17 11-17 Figure 11.6 Other proteins such as HU and IHF also bind.
This causes the region to wrap around the DnaA proteins and separates the AT-rich region DNA replication is initiated by the binding of DnaA proteins to the DnaA box sequences This binding stimulates the cooperative binding of an additional 20 to 40 DnaA proteins to form a large complex 11-17

18 Travels along the DNA in the 5’ to 3’ direction
Figure 11.6 Composed of six subunits Travels along the DNA in the 5’ to 3’ direction Uses energy from ATP Bidirectional replication 11-18

19 11-20 Figure 11.7 Keep the parental strands apart
Breaks the hydrogen bonds between the two strands Alleviates supercoiling Synthesizes an RNA primer Figure 11.7 11-20 Copyright ©The McGraw-Hill Companies, Inc. Permission required for reproduction or display

20 DNA Polymerases DNA polymerases are the enzymes that catalyze the attachment of nucleotides to make new DNA In E. coli there are five proteins with polymerase activity DNA pol I and III Normal replication DNA pol II, IV and V DNA repair and replication of damaged DNA 11-21 Copyright ©The McGraw-Hill Companies, Inc. Permission required for reproduction or display

21 DNA polymerase catalyzes DNA synthesis and requires a DNA template and all four dNTPs
DNA polymerases can elongate an existing DNA strand (called a primer) but cannot initiate DNA synthesis.

22 Figure 11-10 Copyright © 2006 Pearson Prentice Hall, Inc.
The enzyme primase synthesizes an RNA primer that provides the free 3'-hydroxyl required by DNA polymerase III Figure The initiation of DNA synthesis. A complementary RNA primer is first synthesized, to which DNA is added. All synthesis is in the to direction. Eventually, the RNA primer is replaced with DNA under the direction of DNA polymerase I. Figure Copyright © 2006 Pearson Prentice Hall, Inc.

23 11-25 Figure 11.9 Unusual features of DNA polymerase function
DNA polymerases cannot initiate DNA synthesis Problem is overcome by the RNA primers synthesized by primase Problem is overcome by synthesizing the 3’ to 5’ strands in small fragments DNA polymerases can attach nucleotides only in the 5’ to 3’ direction Unusual features of DNA polymerase function Figure 11.9 11-25

24 The two new daughter strands are synthesized in different ways
Leading strand One RNA primer is made at the origin DNA pol III attaches nucleotides in a 5’ to 3’ direction as it slides toward the opening of the replication fork Lagging strand Synthesis is also in the 5’ to 3’ direction However it occurs away from the replication fork Many RNA primers are required DNA pol III uses the RNA primers to synthesize small DNA fragments (1000 to 2000 nucleotides each) These are termed Okazaki fragments after their discoverers 11-26 Copyright ©The McGraw-Hill Companies, Inc. Permission required for reproduction or display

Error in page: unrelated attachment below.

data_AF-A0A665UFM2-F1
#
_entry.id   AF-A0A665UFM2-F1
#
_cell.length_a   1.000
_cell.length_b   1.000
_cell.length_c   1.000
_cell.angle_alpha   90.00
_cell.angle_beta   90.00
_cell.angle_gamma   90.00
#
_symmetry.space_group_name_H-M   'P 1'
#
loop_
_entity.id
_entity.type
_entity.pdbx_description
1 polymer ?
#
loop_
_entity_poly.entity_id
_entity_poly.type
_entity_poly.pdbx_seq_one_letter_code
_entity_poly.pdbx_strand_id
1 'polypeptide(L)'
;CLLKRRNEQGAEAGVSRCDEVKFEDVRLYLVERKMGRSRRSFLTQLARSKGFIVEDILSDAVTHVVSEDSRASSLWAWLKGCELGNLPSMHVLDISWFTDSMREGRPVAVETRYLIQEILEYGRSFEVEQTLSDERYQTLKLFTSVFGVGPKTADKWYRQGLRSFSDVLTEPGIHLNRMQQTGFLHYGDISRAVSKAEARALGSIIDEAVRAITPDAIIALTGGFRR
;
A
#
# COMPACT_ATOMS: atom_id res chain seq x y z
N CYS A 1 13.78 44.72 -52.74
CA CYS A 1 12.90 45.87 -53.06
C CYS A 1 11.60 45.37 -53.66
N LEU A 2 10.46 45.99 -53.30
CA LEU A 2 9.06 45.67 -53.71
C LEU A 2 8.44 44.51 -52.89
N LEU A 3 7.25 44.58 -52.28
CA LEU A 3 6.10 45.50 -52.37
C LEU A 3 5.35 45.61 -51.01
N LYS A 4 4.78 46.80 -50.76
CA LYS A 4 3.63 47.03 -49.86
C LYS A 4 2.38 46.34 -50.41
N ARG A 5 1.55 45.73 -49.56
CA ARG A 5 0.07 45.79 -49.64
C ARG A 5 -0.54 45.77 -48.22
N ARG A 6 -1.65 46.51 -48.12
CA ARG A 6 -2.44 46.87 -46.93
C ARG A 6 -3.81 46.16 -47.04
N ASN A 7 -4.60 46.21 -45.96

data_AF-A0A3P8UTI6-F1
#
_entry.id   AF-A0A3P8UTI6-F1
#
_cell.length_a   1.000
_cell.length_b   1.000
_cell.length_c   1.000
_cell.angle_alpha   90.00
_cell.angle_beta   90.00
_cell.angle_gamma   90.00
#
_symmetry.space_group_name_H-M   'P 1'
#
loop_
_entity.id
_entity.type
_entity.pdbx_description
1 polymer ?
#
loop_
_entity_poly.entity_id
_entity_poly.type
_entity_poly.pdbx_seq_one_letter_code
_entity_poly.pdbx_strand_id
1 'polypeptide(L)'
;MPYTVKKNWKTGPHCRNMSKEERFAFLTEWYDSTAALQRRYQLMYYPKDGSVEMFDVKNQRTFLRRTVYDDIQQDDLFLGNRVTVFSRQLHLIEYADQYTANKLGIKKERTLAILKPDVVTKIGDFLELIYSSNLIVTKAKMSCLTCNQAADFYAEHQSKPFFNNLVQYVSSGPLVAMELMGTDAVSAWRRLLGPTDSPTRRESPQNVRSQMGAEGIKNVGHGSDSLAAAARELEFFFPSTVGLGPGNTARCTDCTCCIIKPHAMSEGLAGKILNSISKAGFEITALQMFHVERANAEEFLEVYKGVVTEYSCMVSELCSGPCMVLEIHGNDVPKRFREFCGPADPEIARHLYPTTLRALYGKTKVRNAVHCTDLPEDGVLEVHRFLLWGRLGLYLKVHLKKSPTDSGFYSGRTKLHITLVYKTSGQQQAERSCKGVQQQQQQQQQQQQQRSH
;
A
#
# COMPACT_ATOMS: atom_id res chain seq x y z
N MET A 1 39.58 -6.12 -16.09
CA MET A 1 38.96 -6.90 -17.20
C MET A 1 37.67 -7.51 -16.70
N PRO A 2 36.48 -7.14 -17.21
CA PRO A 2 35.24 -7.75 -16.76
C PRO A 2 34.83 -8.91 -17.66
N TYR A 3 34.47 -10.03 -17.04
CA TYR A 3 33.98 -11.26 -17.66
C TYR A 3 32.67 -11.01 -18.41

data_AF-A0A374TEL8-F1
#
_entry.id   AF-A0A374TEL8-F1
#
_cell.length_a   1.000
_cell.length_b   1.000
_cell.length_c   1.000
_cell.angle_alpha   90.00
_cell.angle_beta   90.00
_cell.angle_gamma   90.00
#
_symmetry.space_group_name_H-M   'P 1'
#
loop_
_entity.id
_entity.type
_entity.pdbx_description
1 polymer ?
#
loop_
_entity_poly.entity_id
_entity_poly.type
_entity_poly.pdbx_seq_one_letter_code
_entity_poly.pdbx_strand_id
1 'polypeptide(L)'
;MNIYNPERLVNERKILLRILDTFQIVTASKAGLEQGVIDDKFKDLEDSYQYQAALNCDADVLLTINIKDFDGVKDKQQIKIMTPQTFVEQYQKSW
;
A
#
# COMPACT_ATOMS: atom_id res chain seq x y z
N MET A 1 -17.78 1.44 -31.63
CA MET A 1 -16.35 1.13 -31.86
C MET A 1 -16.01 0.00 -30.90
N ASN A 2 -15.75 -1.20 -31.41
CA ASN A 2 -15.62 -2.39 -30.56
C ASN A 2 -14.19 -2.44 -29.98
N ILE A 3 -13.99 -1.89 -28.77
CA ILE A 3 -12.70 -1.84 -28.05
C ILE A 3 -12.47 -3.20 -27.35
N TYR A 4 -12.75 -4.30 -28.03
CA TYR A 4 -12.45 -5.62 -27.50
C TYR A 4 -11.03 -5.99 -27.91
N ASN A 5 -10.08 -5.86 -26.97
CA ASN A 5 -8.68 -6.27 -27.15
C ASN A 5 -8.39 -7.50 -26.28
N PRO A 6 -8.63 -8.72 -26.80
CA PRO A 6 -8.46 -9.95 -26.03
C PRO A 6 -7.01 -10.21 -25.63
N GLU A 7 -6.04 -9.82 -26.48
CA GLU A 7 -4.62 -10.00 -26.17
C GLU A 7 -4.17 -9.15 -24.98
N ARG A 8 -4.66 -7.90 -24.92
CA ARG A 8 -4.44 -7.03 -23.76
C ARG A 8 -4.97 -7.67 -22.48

25 DNA pol I removes the RNA primers and fills the resulting gap with DNA
It uses its 5’ to 3’ exonuclease activity to digest the RNA and its 5’ to 3’ polymerase activity to replace it with DNA After the gap is filled a covalent bond is still missing DNA ligase catalyzes a phosphodiester bond Thereby connecting the DNA fragments 11-27 Copyright ©The McGraw-Hill Companies, Inc. Permission required for reproduction or display

26 11-28 Figure 11.7 Keep the parental strands apart
Breaks the hydrogen bonds between the two strands Alleviates supercoiling Keep the parental strands apart Synthesizes an RNA primer Synthesizes daughter DNA strands III Covalently links DNA fragments together 11-28 Copyright ©The McGraw-Hill Companies, Inc. Permission required for reproduction or display

27 The Reaction of DNA Polymerase
DNA polymerases catalyzes a phosphodiester bond between the Innermost phosphate group of the incoming deoxynucleoside triphosphate AND 3’-OH of the sugar of the previous deoxynucleotide 11-29 Copyright ©The McGraw-Hill Companies, Inc. Permission required for reproduction or display